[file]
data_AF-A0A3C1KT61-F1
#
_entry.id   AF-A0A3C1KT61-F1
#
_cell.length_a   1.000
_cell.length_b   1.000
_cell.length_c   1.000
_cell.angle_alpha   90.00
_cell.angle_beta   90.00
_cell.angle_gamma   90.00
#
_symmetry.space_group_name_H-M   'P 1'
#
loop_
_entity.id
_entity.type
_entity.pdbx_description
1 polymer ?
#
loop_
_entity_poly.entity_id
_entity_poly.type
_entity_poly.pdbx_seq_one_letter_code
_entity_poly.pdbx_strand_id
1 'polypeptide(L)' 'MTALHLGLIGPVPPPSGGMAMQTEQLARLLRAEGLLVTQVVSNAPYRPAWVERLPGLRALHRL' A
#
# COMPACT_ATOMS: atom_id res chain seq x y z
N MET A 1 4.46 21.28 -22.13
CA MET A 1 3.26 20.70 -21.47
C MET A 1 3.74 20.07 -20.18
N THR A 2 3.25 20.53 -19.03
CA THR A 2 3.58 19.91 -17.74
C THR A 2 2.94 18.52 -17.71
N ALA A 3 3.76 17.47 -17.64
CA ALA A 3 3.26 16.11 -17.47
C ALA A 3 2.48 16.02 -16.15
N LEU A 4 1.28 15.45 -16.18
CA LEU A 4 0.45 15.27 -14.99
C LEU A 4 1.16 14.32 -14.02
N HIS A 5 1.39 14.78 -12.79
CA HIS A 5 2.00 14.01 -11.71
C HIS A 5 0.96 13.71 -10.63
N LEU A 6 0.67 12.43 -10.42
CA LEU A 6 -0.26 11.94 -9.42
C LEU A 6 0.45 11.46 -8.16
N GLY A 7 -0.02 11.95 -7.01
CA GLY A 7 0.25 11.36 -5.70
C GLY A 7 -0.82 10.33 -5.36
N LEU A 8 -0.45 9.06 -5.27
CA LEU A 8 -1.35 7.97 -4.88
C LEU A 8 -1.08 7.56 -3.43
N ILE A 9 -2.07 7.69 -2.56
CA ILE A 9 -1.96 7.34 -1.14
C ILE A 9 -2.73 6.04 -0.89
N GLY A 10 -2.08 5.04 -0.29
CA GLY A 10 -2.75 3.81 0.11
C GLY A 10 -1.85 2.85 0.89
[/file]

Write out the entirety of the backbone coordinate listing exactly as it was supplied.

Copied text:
data_AF-A0A3C1KT61-F1
#
_entry.id   AF-A0A3C1KT61-F1
#
_cell.length_a   1.000
_cell.length_b   1.000
_cell.length_c   1.000
_cell.angle_alpha   90.00
_cell.angle_beta   90.00
_cell.angle_gamma   90.00
#
_symmetry.space_group_name_H-M   'P 1'
#
loop_
_entity.id
_entity.type
_entity.pdbx_description
1 polymer ?
#
loop_
_entity_poly.entity_id
_entity_poly.type
_entity_poly.pdbx_seq_one_letter_code
_entity_poly.pdbx_strand_id
1 'polypeptide(L)' 'MTALHLGLIGPVPPPSGGMAMQTEQLARLLRAEGLLVTQVVSNAPYRPAWVERLPGLRALHRL' A
#
# COMPACT_ATOMS: atom_id res chain seq x y z
N MET A 1 4.46 21.28 -22.13
CA MET A 1 3.26 20.70 -21.47
C MET A 1 3.74 20.07 -20.18
N THR A 2 3.25 20.53 -19.03
CA THR A 2 3.58 19.91 -17.74
C THR A 2 2.94 18.52 -17.71
N ALA A 3 3.76 17.47 -17.64
CA ALA A 3 3.26 16.11 -17.47
C ALA A 3 2.48 16.02 -16.15
N LEU A 4 1.28 15.45 -16.18
CA LEU A 4 0.45 15.27 -14.99
C LEU A 4 1.16 14.32 -14.02
N HIS A 5 1.39 14.78 -12.79
CA HIS A 5 2.00 14.01 -11.71
C HIS A 5 0.96 13.71 -10.63
N LEU A 6 0.67 12.43 -10.42
CA LEU A 6 -0.26 11.94 -9.42
C LEU A 6 0.45 11.46 -8.16
N GLY A 7 -0.02 11.95 -7.01
CA GLY A 7 0.25 11.36 -5.70
C GLY A 7 -0.82 10.33 -5.36
N LEU A 8 -0.45 9.06 -5.27
CA LEU A 8 -1.35 7.97 -4.88
C LEU A 8 -1.08 7.56 -3.43
N ILE A 9 -2.07 7.69 -2.56
CA ILE A 9 -1.96 7.34 -1.14
C ILE A 9 -2.73 6.04 -0.89
N GLY A 10 -2.08 5.04 -0.29
CA GLY A 10 -2.75 3.81 0.11
C GLY A 10 -1.85 2.85 0.89